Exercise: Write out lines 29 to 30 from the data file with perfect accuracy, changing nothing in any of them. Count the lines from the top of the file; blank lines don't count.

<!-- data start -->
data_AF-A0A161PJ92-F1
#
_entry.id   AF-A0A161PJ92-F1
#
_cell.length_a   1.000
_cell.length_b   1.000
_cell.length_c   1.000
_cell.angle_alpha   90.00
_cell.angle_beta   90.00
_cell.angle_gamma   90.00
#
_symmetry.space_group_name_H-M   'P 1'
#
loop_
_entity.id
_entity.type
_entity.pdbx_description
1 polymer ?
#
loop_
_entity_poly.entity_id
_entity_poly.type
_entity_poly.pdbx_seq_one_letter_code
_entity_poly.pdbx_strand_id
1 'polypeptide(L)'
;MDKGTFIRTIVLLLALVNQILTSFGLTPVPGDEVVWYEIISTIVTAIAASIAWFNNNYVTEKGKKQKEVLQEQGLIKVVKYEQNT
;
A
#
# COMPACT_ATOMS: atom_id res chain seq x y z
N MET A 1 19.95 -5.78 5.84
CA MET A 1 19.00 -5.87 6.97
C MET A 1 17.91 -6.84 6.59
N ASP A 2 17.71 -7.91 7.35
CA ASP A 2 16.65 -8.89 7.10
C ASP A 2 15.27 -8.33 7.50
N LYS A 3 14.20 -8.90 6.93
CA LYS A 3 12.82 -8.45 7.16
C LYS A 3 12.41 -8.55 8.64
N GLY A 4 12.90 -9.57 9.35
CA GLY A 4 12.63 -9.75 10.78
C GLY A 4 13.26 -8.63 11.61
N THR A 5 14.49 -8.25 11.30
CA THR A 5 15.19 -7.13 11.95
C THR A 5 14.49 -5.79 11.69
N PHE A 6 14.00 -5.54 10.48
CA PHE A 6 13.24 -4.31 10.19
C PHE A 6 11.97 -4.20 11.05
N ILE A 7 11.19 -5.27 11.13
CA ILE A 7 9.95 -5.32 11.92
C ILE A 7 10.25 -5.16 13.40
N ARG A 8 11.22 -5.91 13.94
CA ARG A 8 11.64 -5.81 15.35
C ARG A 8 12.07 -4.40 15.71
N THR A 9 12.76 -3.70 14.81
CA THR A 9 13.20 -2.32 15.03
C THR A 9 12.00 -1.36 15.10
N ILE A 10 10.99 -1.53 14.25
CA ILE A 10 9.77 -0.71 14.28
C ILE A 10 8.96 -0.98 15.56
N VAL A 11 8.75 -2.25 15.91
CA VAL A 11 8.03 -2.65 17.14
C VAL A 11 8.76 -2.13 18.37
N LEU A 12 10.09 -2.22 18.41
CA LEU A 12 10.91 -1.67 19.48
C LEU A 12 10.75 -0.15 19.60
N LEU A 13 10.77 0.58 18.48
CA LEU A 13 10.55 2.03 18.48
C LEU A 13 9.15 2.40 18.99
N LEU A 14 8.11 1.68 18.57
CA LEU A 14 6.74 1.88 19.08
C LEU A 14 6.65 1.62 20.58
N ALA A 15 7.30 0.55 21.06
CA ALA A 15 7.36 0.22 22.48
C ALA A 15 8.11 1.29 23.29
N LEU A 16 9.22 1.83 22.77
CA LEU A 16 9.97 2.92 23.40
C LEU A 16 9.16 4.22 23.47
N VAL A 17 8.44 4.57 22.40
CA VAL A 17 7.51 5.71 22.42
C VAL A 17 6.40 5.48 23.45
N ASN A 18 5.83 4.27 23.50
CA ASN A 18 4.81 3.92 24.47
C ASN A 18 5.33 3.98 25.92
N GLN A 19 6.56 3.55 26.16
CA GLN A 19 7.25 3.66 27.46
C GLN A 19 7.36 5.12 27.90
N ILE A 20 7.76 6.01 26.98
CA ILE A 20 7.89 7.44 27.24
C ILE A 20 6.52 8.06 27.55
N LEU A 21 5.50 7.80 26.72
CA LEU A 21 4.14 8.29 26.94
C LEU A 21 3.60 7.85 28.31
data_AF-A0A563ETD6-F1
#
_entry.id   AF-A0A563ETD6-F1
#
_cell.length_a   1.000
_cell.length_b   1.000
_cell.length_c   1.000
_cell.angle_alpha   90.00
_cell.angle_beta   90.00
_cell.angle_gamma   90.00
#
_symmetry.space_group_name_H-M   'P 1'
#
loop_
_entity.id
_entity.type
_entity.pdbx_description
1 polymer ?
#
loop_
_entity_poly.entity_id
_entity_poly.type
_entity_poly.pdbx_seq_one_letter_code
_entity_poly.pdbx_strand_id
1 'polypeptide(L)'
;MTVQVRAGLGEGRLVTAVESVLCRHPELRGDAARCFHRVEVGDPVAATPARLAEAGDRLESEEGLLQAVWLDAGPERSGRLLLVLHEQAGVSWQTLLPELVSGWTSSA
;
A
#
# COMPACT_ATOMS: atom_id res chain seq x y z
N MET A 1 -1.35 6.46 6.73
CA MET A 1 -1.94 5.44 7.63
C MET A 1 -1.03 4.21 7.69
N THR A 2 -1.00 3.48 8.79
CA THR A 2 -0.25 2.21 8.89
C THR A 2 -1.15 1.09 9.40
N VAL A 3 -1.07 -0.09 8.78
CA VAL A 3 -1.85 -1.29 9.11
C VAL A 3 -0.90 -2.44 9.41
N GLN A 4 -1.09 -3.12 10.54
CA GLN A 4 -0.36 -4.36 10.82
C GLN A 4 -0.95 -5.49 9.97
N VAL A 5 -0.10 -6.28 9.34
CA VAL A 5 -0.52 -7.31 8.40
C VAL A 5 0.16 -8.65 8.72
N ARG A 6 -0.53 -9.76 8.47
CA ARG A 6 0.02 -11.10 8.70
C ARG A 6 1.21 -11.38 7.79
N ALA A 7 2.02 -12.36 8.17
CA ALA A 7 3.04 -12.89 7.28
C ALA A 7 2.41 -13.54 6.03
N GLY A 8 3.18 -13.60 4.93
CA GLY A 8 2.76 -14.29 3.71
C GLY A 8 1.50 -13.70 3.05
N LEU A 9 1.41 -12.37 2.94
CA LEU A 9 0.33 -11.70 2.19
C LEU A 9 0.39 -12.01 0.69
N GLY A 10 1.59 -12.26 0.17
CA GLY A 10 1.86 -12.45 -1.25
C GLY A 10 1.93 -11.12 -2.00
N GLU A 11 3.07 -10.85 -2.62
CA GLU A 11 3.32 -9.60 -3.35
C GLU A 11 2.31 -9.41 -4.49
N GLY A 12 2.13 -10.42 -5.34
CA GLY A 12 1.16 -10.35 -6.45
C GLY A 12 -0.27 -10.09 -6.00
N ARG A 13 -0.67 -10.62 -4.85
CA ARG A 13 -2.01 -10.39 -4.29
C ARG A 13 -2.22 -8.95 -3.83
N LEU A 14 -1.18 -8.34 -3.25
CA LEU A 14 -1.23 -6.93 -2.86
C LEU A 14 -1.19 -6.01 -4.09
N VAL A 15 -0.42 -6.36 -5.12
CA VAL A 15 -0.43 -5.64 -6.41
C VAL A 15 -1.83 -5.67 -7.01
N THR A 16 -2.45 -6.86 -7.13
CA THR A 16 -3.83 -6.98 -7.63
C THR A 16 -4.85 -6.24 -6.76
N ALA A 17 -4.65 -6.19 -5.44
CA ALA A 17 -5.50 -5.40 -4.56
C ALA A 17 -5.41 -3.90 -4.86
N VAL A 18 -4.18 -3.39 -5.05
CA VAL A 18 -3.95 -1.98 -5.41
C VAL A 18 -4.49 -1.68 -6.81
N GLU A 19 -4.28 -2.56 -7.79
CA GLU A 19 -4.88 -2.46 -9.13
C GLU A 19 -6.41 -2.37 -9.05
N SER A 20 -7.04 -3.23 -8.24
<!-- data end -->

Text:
#
# COMPACT_ATOMS: atom_id res chain seq x y z